You can almost judge the success of a new band by the diversity of their audience. Any new band, for example, with the mental dexterity to found a soundcloud and have found themselves upon the pages of a couple of blogs will be presented with miserable looking hipsters wearing their ‘vintage’ shirts which smell suspiciously of mouldy tents. It is clear, however, that alt-J have truly captured the minds of the nation’s music fans with their brilliantly eccentric debut album An Awesome Wave, and as a result the sold-out crush before them is made up of overexcited teenage fan girls, goths stuffed to the gills with hallucinogenics, and even respectable men with their polo shirts tucked into the M&S chinos that their wives bought them for Christmas.
Before alt-J appear, though, the already crowded room is treated to the emotionless live performance of Cave Painting. We have written some very enthusiastic things about Cave Painting before and we stick with everything we’ve said; musically they are very impressive, and there’s no denying the tender emotional bombardment that is “So Calm”. But they go about their business with a ruthless, machine-like precision that is one step away from arrogance, and a few past passionless. This detached atmosphere strips their undeniably accomplished music of any of its credibility, and songs that seemed full of warmth and character online now seem flat and vacuous. Things could be far more disastrous though; at least the songs they’re playing are decent and all we’ve described above could have just been an off night, but it simply felt like an aesthetically pleasing CD player would have done a far better job.
The contrast between them and alt-J could not be starker. Every note they squeeze from their instruments is dripping with sincerity, and they seem genuinely overwhelmed by the size and intensity of the crowd. Lead-singer Joe Newman even seems visibly nervous during the first couple of songs, letting his voice drop beneath his usually flawless falsetto. Charismatic actors they may not be, but that simply adds to their appeal as they embody an emotionally-involved humanity that the crowd had been previously starved of. Most importantly, alt-J just seem completely believable onstage, like actual real people, coming across like the nice blokes who might hold the door for you for an unreasonable amount of time in the university library.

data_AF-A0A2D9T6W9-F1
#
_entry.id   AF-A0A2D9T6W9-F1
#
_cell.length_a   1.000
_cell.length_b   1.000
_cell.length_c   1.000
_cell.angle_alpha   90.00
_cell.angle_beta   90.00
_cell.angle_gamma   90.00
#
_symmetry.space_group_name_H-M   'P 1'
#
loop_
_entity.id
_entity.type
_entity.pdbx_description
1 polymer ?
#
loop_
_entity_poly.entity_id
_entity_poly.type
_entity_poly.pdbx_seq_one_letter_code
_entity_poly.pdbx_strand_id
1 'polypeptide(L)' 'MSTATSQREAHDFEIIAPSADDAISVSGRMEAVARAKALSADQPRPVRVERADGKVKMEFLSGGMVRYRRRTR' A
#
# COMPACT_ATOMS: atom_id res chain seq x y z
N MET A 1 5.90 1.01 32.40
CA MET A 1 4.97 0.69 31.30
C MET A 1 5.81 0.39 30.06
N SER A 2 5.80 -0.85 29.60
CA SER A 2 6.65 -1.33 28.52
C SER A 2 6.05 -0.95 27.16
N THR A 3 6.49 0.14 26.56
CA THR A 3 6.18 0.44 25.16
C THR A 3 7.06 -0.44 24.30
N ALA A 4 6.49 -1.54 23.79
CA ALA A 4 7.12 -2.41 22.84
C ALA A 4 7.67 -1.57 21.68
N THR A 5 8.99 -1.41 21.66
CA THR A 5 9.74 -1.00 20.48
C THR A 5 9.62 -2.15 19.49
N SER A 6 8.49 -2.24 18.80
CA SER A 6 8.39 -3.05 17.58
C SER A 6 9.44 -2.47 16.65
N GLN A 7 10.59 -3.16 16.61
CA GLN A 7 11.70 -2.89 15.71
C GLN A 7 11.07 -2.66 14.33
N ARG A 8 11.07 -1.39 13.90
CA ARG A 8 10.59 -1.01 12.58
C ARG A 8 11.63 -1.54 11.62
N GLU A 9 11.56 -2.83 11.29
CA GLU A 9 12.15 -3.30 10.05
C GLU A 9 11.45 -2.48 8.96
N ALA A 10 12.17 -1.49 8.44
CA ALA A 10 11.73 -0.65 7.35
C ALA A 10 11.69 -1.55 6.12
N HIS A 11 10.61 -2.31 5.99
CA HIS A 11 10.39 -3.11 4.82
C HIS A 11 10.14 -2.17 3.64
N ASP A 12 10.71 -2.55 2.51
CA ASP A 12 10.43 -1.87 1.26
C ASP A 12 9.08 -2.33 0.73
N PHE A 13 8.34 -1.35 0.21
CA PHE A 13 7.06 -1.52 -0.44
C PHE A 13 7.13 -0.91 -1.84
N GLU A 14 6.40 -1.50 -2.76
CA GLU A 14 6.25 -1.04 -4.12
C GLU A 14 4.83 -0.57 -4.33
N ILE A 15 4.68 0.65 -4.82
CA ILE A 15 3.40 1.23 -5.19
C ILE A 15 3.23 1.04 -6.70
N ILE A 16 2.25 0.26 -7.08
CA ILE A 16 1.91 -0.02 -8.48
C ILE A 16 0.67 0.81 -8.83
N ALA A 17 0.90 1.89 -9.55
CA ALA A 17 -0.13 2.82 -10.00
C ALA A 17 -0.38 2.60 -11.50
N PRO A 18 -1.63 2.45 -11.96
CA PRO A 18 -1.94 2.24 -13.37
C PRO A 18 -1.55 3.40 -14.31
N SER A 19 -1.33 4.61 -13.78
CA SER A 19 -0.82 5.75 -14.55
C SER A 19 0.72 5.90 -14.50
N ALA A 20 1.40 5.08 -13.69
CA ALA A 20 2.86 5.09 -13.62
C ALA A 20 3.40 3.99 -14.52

Their job, though, is made fairly easy by the fact that they have the privilege of playing what is arguably the strongest debut album of this year. “Intro”, despite their tangible nerves, sounds bolder even more intricate than it did on record, whilst the well ordered insanity of“Breezeblocks” manages even to get all of the goths attempting something close to dancing. It is the perfect balance of theatrics and ear-splitting originality of “Fitzpleasure” that rightly draws the biggest reaction, though. It’s still the best thing that we’ve heard this year, sounding at once brutal, tender, and absolutely inspired. By this point one small sweaty black box in Bristol has lost it, and when “Taro” drops its Bollywood-inspired beats, even the chubby bloke infront of us manages to pull a girl with a suitably embarrassing Indian-inspired dance. We were always sure that their music had a transcendental quality, and now we have proof. She must have been out of her bloody mind.
alt-J have got everything that you could possibly want a band to have; not only the possibly year defining record, but a stage presence which, though not theatrical, exudes honesty and makes the whole thing seem so intensely believable. They may not have that obvious charisma of 10 Lemmys, but they’re not arrogant either, instead they just seem almost academic, with a real love of the music they’re playing, and a real appreciation of the enthusiasm of the audience. Our gigging companion was shaking and next to speechless as we left, and I’m pretty sure that the drugged-up goths hadn’t slipped him anything. Later he managed to squeeze out that it was “the best gig I’ve ever seen”, and as much as I was amused by his enthusiasm, it was hard to disagree.